I went out of my comfort zone this year and embraced the fact that I am a card carrying member of the PTA, soccer mom and taxi cab service. So when the email went out with the charge to the PTA board members to help out for two hours dressed as Clifford the Big Red Dog for the Heritage Elementary students during the Scholastic Book Fair, I went ahead and raised my paw, er, hand.
Don't I look cute and cozy?! My two hour stint as Clifford was quite fun and rewarding. Here are five things I learned today that you might want to keep in mind if you ever decide to volunteer to wear a mascot costume.
1. IT'S HOT. I was happy that it was 35 outside but in the sweatsuit that is Clifford, it was 127 degrees. You think I'm kidding. I could feel sweat dripping down my back just getting the suit on. I decided to wear an Under Armour shirt and capri workout pants. They were both completely saturated after my two hour tour. My hair was matted down and my makeup had melted away. But hey, all for the kids, right!?
2. It doesn't matter what age, everyone loves a mascot. The reception of Clifford was pretty impressive. This week, grandparents were invited to join their grandbabies for lunch and head to the book fair for some early Christmas shopping. The nannas and papas of the lunchroom were just as excited to see Clifford as the kindergarteners! But perhaps the most surprising was the reaction of the 4th and 5th graders. I felt like I was walking the red carpet with all of the iPads and cameras. There were hugs and squealing, high fives and pets. I think it was a pleasant reminder of their childhood.
3. The kids will do their best to figure out who is inside the suit! It was a little weird to wear this giant fishbowl Clifford head and have people staring into your screens for eyes. I kept thinking "Can they see me?" Awkward! It was mostly the older kids, but starting in 2nd grade, it was definitely on. The kids thought I was their principal, Mr. Maxson, or the assistant principal, Mrs. Stricklen. There were words of excitement when they could see it was a woman behind the big red head. My daughter and her classmates did figure out it was me which really was a treat.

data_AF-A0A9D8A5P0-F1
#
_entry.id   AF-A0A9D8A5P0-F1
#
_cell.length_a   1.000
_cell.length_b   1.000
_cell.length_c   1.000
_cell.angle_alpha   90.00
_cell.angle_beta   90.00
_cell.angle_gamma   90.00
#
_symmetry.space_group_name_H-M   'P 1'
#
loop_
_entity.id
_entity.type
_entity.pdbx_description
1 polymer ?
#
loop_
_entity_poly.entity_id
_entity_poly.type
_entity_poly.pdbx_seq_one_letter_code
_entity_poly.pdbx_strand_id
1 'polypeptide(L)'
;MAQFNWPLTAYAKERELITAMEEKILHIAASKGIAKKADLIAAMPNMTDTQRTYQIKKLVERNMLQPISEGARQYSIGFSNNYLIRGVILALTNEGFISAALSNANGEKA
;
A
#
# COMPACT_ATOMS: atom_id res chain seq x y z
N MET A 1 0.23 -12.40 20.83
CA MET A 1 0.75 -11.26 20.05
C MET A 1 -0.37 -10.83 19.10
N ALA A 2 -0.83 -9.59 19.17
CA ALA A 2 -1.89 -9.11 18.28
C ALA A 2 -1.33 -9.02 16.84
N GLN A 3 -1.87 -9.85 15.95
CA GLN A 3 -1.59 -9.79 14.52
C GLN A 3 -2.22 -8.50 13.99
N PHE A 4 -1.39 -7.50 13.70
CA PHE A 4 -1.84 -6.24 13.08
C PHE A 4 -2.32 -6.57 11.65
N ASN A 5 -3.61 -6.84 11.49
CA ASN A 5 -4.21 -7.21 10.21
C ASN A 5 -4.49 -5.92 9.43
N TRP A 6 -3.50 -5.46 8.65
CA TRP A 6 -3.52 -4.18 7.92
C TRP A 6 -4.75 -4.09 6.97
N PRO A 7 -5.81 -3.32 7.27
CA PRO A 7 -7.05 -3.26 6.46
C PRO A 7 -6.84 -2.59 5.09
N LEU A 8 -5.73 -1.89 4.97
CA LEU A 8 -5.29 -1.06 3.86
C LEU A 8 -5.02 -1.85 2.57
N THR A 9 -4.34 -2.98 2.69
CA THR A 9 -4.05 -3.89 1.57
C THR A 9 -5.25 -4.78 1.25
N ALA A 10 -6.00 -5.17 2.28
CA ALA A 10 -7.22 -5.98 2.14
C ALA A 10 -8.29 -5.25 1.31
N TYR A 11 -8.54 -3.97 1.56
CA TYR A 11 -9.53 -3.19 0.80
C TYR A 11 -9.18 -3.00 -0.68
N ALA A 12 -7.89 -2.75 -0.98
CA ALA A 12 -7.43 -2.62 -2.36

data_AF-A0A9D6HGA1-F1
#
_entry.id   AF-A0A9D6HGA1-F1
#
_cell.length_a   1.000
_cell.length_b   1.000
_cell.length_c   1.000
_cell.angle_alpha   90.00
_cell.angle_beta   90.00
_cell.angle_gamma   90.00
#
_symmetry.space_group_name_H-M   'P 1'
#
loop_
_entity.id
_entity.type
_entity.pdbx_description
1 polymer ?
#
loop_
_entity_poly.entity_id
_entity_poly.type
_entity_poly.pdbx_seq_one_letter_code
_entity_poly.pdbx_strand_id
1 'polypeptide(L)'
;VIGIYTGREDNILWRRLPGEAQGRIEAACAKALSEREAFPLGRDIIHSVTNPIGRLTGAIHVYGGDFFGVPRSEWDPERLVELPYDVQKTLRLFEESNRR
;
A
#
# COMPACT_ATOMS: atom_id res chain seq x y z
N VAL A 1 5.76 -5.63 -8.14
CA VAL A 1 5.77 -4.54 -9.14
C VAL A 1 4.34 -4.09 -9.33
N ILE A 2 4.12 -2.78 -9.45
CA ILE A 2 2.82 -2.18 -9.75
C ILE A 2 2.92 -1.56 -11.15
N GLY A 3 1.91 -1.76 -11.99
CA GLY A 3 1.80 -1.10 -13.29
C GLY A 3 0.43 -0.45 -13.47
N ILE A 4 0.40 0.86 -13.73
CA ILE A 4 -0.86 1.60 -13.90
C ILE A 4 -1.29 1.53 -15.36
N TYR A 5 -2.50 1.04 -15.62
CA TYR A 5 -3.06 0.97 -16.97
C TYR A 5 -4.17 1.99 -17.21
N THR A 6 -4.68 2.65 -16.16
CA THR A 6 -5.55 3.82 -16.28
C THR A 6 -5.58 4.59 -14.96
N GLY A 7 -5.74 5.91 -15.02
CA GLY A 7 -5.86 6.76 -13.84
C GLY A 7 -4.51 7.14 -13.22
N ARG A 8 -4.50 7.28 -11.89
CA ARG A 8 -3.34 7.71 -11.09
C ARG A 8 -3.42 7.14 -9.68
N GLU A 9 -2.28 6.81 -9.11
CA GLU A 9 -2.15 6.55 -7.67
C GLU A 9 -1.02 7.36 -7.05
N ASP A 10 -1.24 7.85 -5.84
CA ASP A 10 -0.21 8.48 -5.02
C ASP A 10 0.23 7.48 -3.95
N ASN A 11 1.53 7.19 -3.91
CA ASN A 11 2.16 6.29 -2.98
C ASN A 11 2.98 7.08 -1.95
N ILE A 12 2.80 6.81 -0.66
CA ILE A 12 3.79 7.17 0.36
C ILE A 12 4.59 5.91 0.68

4. It's hard not to talk. I am a talker by nature so to have to be completey silent was very foreign. There were only a few instances where I wanted to yell for help or ask the kids to settle down. I was being squeezed to death by a gaggle of second graders and couldn't tell them to please stop and I couldn't yell to a teacher to rescue me! Plus, it's odd to pose for pictures and realize that you don't have to smile!
5. You aren't very mobile or agile. I felt like I was pregnant again. I had the belly of the third trimester and couldn't see feet. In fact, I couldn't see below my eyes, which really isn't good when 95% of the school population is under five feet tall. If I had to bend over to hug a child, I was risking having my head fall off so I couldn't tell you half the kids I hugged and high-fived. The slipper paws were giant and had part of the protective bottom coming off. I had to high-step every so often so I wouldn't trip over my own feet. But, I was able to perform the "sprinkler" and Gangnam style with ease.
All in all, it was a great experience. Fun. Yes. Hot. Definitely. Would I do it again? Sure. Tomorrow? Probably not...